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Thread: Ukulele Bridge Placement

  1. #11
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    I don't see the advantage of using a moveable bridge/saddle. It is not difficult to measure the correct location for the bridge/saddle unit, and then glue it in place.

    You can never achieve absolutely perfect intonation on a ukulele, or on any fretted instrument. It is all a mass of compromises. It is the player that makes the instrument sound good.

    Ukantor.

  2. #12
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    Quote Originally Posted by Moore Bettah Ukuleles View Post
    Matt, I only started that "Rocket Science" thread because some people here have lost sight of what we are doing here, building musical instruments, and tend to get caught up in having the biggest, best and most expensive tools, gadgets and gizmos to do the job. While I believe there is no one best way to do something and no real rules concerning the actual construction of a ukulele there are a couple of hard and fast rules that are indeed written in stone. These have to do with mathematics and physics and are indisputable. One of them is scale length and I think you got the answer you are looking for in the previous posts.
    BTW, when considering intonation you also have to take action (string height) into account. Once you build a ukulele that intonates to your satisfaction make a jig for future bridge placements and take the guess work out of it.
    Thanks Chuck--I was tongue in cheek, as your rocket science post came directly after my last post here, but I was pretty sure you weren't directing it at me.

  3. #13
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    Default For the Left brained of us!


  4. #14
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    He has a science background...

  5. #15
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    Pete's right. I have David's book. 20 years a research scientist. More formulas than you can shake a stick at... Good book if you're the rocket science type. (Which admittedly, sometimes I am)

    Left-Brain Lutherie - Using Physics and Engineering Concepts for Building Guitar Family Instruments: An Introductory Guide to Their Practical Application.

    David C. Hurd, Ph.D.
    ISBNO-9760883-0-4
    In an insane society, the sane man must appear insane and must play the ukulele.

  6. #16
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    Miller Indiana
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    Quote Originally Posted by luvzmocha View Post
    I was being facetious... maybe a bad attempt at some humor.

    Coming from an Engineering background I thoroughly enjoyed his book!

  7. #17
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    Musical instruments are not machines, they are an art form.

    Ukantor.

  8. #18
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    Greetings,

    I need a visual to get this straight. From a drafting background, I like measuring things from center to center but I have found references on the Internet about measuring from the front of the nut, and front of the saddle. Could someone take a look at my link at the bottom of the page under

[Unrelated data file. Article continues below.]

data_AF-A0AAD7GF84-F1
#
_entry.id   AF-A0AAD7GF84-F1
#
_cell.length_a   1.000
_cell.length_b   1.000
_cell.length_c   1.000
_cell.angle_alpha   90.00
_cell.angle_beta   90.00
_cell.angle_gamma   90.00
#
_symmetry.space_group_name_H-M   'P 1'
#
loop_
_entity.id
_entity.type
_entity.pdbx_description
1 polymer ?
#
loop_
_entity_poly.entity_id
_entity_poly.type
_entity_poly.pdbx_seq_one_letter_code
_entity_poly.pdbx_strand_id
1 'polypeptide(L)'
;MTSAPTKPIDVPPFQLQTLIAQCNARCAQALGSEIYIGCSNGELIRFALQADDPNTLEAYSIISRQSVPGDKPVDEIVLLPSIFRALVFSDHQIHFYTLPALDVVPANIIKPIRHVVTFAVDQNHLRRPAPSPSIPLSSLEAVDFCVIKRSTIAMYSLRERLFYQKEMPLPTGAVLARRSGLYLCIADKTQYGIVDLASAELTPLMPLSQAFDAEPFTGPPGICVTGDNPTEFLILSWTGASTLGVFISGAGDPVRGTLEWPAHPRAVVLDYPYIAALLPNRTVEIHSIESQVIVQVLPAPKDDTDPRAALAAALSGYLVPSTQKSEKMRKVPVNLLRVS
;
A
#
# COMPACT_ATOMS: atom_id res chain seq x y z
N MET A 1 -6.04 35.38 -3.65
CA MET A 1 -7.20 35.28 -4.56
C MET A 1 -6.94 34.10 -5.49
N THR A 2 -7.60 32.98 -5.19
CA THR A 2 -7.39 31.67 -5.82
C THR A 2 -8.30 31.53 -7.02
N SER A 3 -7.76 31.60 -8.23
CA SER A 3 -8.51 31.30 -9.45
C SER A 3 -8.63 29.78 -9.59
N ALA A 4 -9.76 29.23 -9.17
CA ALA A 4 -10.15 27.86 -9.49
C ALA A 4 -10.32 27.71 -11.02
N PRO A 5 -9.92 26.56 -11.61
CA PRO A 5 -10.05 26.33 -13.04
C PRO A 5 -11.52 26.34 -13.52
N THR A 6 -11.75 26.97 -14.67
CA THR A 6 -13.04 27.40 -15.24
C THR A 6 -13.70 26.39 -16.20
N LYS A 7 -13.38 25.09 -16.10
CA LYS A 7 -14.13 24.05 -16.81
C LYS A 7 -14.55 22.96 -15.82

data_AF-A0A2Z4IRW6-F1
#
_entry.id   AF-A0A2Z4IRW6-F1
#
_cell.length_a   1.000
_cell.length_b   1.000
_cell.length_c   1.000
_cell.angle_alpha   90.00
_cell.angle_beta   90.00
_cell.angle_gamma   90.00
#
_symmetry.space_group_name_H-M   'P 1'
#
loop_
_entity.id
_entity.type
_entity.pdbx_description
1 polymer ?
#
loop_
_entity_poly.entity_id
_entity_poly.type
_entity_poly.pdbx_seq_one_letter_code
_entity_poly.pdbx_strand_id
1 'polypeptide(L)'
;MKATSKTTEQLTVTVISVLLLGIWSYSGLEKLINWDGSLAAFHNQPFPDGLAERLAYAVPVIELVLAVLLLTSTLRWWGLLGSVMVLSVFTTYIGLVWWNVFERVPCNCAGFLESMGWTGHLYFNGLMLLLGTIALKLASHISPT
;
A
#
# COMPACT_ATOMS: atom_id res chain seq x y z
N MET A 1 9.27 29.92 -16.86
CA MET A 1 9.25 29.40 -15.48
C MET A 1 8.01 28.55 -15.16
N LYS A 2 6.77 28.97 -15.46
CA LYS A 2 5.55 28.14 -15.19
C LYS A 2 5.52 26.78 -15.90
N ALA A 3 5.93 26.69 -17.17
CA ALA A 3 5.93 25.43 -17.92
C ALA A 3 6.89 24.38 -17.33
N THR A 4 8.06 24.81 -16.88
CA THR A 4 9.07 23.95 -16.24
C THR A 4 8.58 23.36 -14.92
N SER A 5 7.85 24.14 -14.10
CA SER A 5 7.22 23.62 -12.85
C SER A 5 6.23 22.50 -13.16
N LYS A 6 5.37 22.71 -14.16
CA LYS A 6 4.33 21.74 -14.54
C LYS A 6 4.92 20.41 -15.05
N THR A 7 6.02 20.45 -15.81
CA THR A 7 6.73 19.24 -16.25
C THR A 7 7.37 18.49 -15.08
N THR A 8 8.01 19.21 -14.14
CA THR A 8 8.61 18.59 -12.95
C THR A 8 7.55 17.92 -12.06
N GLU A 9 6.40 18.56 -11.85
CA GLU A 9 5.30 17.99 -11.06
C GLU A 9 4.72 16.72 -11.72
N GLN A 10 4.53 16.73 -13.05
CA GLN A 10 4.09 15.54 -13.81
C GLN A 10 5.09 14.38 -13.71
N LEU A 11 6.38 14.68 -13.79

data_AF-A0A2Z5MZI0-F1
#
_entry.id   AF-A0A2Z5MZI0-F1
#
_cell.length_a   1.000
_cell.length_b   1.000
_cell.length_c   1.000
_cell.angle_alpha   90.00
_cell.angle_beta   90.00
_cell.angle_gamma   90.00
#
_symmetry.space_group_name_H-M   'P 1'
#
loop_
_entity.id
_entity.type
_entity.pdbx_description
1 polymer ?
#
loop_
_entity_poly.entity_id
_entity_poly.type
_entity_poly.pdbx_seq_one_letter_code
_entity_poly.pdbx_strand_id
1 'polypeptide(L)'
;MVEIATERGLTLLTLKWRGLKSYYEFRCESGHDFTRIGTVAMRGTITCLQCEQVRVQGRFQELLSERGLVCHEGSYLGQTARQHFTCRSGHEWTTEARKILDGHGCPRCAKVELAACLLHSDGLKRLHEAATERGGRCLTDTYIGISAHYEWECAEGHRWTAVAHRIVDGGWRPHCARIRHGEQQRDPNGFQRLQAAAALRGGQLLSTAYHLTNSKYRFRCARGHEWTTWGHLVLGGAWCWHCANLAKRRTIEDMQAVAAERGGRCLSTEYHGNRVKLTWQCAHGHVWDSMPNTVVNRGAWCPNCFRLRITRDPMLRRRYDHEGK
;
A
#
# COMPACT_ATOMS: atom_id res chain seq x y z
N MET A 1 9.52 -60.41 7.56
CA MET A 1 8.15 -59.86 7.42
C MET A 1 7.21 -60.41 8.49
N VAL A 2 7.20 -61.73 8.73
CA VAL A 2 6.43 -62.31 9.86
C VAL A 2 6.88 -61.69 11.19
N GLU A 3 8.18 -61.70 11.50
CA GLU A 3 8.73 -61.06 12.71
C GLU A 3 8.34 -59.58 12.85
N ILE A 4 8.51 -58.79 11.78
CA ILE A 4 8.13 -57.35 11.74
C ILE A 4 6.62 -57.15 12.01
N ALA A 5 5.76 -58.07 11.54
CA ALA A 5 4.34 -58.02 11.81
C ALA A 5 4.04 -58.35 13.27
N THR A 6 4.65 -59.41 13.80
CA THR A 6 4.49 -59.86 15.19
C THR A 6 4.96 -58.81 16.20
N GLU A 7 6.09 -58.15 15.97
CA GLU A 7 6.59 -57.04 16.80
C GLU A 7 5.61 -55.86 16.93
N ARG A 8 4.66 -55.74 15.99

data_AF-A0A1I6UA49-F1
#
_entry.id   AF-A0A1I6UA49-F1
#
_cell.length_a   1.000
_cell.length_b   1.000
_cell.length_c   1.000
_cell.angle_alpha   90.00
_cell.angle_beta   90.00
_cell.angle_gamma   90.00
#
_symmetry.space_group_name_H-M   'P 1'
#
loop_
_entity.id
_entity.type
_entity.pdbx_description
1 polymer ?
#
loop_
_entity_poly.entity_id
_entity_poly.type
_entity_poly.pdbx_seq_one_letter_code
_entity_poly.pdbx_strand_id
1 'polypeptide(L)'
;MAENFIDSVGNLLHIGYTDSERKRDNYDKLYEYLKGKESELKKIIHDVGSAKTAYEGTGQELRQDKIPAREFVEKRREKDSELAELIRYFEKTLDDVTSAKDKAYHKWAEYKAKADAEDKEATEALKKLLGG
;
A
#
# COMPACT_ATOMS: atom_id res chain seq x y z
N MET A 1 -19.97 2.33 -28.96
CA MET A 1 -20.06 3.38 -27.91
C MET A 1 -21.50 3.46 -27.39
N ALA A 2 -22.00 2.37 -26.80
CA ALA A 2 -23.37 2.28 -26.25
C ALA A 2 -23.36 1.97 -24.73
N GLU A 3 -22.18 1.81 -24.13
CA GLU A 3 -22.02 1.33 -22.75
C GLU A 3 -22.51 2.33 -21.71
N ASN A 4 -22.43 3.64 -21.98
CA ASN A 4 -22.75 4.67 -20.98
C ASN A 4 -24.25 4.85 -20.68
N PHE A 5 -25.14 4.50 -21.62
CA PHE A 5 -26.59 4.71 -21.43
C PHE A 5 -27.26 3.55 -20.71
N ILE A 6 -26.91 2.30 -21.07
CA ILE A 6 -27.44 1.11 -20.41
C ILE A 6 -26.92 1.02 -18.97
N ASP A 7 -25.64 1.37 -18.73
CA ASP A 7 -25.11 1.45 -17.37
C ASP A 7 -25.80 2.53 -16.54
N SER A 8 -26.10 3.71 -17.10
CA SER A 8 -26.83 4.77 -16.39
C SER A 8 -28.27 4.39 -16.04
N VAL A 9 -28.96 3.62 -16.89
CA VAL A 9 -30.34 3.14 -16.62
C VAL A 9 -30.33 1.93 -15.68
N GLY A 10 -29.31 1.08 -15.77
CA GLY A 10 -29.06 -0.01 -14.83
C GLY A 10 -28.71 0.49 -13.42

How do I locate the saddle?...
    http://webpages.charter.net/drw46/uke/uke-problems.htm

    and tell me if A, B or C is correct or are they all wrong?

    Thanks,
    Doug

  9. #19
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    Virginia Beach, Virginia
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    Quote Originally Posted by eleuke View Post
    Pete's right. I have David's book. 20 years a research scientist. More formulas than you can shake a stick at... Good book if you're the rocket science type. (Which admittedly, sometimes I am)

    Left-Brain Lutherie - Using Physics and Engineering Concepts for Building Guitar Family Instruments: An Introductory Guide to Their Practical Application.

    David C. Hurd, Ph.D.
    ISBNO-9760883-0-4
    There is a leftbrainlutherie group on yahoo. I have tried to join it but it says there is no moderator. The group is active as I see there is recent posts in it....just can't read the posts because I am not a member. Anyone know about this group?

    Not meaning to highjack this thread.

  10. #20
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    Quote Originally Posted by Doug W View Post
    tell me if A, B or C is correct or are they all wrong?
    Well, none are really right as you've drawn nut, fret and saddle with flat tops. What you should measure is from one point of contact to another and it should look something like this:



    When people say the front of the nut they mean the point of contact which should look something like what I've drawn. Although, if there's a slight radius on that front edge, it will push the point of contact back a little. For steel strung instruments the intonation is often fine-tuned by filing the saddle so that the point of contact is nearer or further away from the front edge. You wont often see this on ukuleles but you will see it on guitars.

    Intonation is needed because when you press a string down onto a fret you are stretching it slightly. Think about string 'bending' where you push the string sideways to raise the note. The stiffer the string the more intonation is needed, which is why on electric basses with thick steel-cored strings you can have up to 1/2" of intonation!

    Hope this helps.

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